Monday, 1 March 2010

I'm Not Going To Be Okay, Bud.

In the midst of Gus Van Sant's Death trilogy (here and here) Vincent Gallo made a film that was, by many, derided as the worst film to ever play in competition at Cannes. Granted, the version of Gallo's The Brown Bunny that premiered at Cannes was almost 30% longer than the final theatrical release, but I don't know what all the fuss is about. Sure, it's not a terrific film, but I've seen worse from the Cannes competition - much worse. And there were many similarities to Van Sant's death trilogy (hence the opening): moody following shots; silence; long stretches of apparent nothingness speaking much more than the lack of words would attest. My main curiosity is how the hell this film cost US$10mil to make (quoting the estimate on here...)

Gallo (writer, director, lead actor, cinematographer... anything else? Oh yes, camera operator, producer, editor, art director, production designer, makeup, blah blah you get the point) is Bud, a motorcycle racer who has just finished up a race in New Hampshire and is apparently heading over the California for the next one. He stops at a gas station and hits on the young female attendant, Violet (Anna Vareschi), somehow convincing her to come with him. He drops her at her house, she goes in to pack, she comes back out, he is gone.

His next stop is at Daisy's parents' house, a girl we do not know. He says he lived next door when he was growing up and chats to the parents about Daisy, about how the parents visited Bud and Daisy when they lived in California together (they don't remember), and about her pet bunny rabbit, sitting there in the same room, according to the parents the same rabbit she had when Bud was growing up next door. He stops at a pet store after he leaves and is told that rabbits don't live longer than five or six years - his repeated request for confirmation makes you assume that Daisy's rabbit must be somewhat older than that, or that the memory of her parents is somewhat... lacking. He continues to a highway rest shelter where he sees a woman (Cheryl Tiegs) sitting on her own, sipping a cup of coffee. He walks over to her and they begin to kiss, passionately, before he leaves again. Barely a word is spoken between them.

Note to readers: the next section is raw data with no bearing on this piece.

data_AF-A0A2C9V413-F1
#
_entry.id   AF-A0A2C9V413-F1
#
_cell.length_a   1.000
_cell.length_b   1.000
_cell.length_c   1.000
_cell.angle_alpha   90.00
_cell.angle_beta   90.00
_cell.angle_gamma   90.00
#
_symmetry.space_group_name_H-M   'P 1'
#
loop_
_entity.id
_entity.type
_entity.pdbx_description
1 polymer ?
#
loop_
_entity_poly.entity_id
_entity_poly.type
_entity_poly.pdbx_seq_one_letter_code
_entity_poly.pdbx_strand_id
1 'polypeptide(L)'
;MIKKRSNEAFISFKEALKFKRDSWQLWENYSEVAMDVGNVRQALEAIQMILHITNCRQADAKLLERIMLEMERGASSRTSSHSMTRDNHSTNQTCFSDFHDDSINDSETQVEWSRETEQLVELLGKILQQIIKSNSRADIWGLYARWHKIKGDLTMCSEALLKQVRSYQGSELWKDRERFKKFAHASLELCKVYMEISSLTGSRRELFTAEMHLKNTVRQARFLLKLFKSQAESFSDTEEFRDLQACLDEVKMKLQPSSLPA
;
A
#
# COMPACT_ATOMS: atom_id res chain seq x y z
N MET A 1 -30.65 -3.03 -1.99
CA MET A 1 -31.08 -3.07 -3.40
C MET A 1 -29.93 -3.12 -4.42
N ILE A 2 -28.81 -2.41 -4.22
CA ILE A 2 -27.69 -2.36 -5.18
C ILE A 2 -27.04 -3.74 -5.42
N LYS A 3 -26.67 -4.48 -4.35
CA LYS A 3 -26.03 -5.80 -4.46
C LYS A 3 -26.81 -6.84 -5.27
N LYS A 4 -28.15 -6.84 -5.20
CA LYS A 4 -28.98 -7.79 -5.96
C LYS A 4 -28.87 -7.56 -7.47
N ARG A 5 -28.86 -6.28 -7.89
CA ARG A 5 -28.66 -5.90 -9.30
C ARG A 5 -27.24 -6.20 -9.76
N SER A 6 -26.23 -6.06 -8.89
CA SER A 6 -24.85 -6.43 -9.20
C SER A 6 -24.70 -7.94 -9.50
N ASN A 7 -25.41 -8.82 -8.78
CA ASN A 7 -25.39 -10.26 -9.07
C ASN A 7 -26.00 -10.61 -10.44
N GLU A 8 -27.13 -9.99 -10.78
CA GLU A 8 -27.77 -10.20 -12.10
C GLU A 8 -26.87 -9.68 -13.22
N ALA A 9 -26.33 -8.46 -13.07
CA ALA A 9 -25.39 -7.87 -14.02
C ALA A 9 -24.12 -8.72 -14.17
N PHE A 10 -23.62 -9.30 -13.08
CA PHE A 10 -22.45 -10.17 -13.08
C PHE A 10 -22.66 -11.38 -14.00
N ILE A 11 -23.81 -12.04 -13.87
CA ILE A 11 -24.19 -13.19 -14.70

Stopping to get his bike checked on the way, he arrives in California and returns to the house he shared with Daisy, leaving her a note letting her know where he is staying. Daisy (Chloƫ Sevigny) turns up and the two talk about old times, argue, and then the infamous unsimulated fellatio scene appears. But does it?

Like I said, it's not terrible. It's a rambling melancholic memory-trip, bringing up emotions in Bud and with a great kick at the end that does probably save the film from being below-average. Gallo was pretty poor in his lead role, not really lending anything to the film that many other actors could have, and have in similar films in the past. Stumbling through without allowing any real glimpses into what is behind those eyes of his, he is saved by the naivety of Violet, the strength of despair in the woman at the rest stop, and the power of Sevigny's Daisy. Sevigny really is the saving grace of the film - she's a terrific actress, and brings to Daisy a sorrow and pain that manages to show you as much about Bud as it does about herself.

It's a 3 star film. Middling, really. Not terrible, not great. Just... there.

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